• EIP-7045: Increase max attestation inclusion slot

  • EIP-7514: Add Max Epoch Churn Limit*


  • EIP-4844: Shard blob transactions

*New EIP addition to Dencun as of ACDE #170.


Based on the two new additions to the Dencun upgrade, developers agreed to push back the launch of the next Dencun testnet, Devnet-9, by one week to Tuesday, September 26. Developers will reconfirm the launch date of Devnet-9 and the status of new client implementations during next week’s ACDC call. Devnet-9 may be the last developer-focused testnet where the Dencun upgrade is launched before developers start to upgrade public Ethereum testnets such as Holesky, Goerli, and Sepolia.

Related to this discussion on the status of Devnet-9, developers discussed whether client implementations for the next testnet should include changes to EIP-4788 that were recommended by third-party auditors. As background, EIP-4788 is undergoing three independent audits from the following companies: Chain Security, Dedaub, and Trail of Bits. Early audit results from the first two auditors, Chain Security and Dedaub, have already presented a few tweaks to the EIP that could be made in time for Devnet-9. However, Beiko questioned whether developers wanted to wait for final audit results and implement all changes at once. Beiko said the final audits should be ready in two weeks’ time.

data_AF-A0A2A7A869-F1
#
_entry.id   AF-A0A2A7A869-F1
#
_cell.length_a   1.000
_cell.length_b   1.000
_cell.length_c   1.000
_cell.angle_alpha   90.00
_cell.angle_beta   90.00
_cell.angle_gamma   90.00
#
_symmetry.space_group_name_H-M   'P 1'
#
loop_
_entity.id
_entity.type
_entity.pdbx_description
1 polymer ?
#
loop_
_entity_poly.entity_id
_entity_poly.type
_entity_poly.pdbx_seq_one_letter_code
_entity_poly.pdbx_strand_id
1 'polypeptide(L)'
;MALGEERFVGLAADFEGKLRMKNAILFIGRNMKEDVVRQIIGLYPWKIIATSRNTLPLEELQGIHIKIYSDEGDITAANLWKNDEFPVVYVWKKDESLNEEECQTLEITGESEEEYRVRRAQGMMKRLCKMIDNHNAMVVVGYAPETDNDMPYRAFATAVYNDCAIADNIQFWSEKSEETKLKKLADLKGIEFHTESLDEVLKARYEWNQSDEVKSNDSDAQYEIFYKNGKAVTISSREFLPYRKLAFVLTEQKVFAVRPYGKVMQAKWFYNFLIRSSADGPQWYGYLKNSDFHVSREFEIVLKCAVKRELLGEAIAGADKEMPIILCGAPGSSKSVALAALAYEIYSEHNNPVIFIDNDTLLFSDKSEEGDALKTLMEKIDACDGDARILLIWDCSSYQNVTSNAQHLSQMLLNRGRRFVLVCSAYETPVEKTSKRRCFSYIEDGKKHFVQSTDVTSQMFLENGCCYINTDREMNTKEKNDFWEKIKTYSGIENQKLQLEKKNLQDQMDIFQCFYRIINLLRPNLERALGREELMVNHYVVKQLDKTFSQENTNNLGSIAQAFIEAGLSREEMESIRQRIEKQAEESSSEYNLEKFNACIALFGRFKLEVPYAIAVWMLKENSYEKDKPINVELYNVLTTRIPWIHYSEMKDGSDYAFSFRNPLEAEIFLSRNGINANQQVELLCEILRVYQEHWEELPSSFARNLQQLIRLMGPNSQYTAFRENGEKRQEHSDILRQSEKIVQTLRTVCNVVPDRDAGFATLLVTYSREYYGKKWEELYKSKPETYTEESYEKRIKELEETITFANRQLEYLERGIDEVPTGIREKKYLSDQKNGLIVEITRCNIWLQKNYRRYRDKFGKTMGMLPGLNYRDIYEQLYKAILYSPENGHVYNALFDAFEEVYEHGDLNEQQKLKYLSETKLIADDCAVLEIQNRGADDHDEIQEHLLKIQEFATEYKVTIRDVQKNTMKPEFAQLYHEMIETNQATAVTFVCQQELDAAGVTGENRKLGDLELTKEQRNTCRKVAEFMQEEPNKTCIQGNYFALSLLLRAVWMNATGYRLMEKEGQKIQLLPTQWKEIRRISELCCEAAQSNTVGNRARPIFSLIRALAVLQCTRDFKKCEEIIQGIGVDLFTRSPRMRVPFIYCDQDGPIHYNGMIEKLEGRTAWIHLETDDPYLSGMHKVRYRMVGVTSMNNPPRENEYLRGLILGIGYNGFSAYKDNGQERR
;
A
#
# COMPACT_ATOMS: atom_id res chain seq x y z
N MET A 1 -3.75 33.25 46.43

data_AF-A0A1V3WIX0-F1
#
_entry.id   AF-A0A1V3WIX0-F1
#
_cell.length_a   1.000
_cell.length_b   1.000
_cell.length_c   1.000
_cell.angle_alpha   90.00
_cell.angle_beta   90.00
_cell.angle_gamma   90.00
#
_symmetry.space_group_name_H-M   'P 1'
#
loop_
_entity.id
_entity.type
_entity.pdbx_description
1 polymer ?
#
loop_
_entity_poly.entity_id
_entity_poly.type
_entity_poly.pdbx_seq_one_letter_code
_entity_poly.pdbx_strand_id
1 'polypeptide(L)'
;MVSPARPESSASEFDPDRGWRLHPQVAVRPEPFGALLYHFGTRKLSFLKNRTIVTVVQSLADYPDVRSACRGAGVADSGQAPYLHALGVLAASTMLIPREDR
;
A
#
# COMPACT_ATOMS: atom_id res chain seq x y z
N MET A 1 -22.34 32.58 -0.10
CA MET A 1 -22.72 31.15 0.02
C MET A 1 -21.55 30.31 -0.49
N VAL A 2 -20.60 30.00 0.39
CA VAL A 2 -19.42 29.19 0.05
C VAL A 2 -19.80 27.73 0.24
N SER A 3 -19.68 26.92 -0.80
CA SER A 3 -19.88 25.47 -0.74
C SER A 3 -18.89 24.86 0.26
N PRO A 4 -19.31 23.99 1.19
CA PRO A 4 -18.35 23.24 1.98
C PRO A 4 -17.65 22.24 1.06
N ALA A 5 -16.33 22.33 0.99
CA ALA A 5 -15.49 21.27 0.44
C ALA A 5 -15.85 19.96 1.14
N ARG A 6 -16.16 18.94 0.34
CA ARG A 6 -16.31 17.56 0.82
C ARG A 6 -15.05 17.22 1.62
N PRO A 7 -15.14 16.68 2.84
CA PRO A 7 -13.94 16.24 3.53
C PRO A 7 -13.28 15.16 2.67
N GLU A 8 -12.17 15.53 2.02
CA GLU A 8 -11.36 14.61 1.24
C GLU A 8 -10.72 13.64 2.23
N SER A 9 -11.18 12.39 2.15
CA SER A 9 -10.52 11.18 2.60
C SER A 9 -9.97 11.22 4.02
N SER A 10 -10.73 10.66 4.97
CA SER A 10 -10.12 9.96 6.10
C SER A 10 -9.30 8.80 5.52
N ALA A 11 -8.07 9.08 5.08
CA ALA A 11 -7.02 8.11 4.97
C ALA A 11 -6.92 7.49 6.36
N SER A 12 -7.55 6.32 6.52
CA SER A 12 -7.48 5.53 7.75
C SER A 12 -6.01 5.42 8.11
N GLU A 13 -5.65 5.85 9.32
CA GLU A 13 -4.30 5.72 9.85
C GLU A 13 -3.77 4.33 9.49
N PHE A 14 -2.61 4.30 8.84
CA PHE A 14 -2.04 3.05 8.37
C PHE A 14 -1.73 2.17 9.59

Marius van der Wijden from the Geth team expressed that he would prefer incorporating changes as soon as possible so that he can re-run his own tests on EIP-4788. A Geth developer by the screen name “lightclient” said that he is hopeful no more changes for EIP-4788 will be found from the third audit. Beiko suggested merging the changes from EIP-4788 audits so far. Developers also discussed the need to get on the same page about an edge case scenario under EIP-4788 related to empty accounts. Beiko recommended revisiting this topic in next Monday’s Dencun testing call.